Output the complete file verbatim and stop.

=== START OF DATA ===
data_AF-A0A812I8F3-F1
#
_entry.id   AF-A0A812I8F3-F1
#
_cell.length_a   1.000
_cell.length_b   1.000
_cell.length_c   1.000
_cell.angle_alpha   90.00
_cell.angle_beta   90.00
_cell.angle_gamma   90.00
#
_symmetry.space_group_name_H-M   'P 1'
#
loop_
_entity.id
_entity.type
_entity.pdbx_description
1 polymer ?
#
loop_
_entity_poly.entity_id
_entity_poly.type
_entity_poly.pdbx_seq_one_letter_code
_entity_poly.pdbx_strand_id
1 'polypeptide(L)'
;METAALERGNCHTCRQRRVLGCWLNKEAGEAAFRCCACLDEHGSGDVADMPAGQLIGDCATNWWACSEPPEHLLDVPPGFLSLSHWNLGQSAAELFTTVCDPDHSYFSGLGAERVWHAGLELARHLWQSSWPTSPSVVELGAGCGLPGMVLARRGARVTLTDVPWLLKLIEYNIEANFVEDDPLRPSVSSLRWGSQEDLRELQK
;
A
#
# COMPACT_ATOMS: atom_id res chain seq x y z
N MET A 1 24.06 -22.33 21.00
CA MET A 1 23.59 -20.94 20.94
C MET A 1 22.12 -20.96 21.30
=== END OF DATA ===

data_AF-A0A812I8F3-F1
#
_entry.id   AF-A0A812I8F3-F1
#
_cell.length_a   1.000
_cell.length_b   1.000
_cell.length_c   1.000
_cell.angle_alpha   90.00
_cell.angle_beta   90.00
_cell.angle_gamma   90.00
#
_symmetry.space_group_name_H-M   'P 1'
#
loop_
_entity.id
_entity.type
_entity.pdbx_description
1 polymer ?
#
loop_
_entity_poly.entity_id
_entity_poly.type
_entity_poly.pdbx_seq_one_letter_code
_entity_poly.pdbx_strand_id
1 'polypeptide(L)'
;METAALERGNCHTCRQRRVLGCWLNKEAGEAAFRCCACLDEHGSGDVADMPAGQLIGDCATNWWACSEPPEHLLDVPPGFLSLSHWNLGQSAAELFTTVCDPDHSYFSGLGAERVWHAGLELARHLWQSSWPTSPSVVELGAGCGLPGMVLARRGARVTLTDVPWLLKLIEYNIEANFVEDDPLRPSVSSLRWGSQEDLRELQK
;
A
#
# COMPACT_ATOMS: atom_id res chain seq x y z
N MET A 1 24.06 -22.33 21.00
CA MET A 1 23.59 -20.94 20.94
C MET A 1 22.12 -20.96 21.30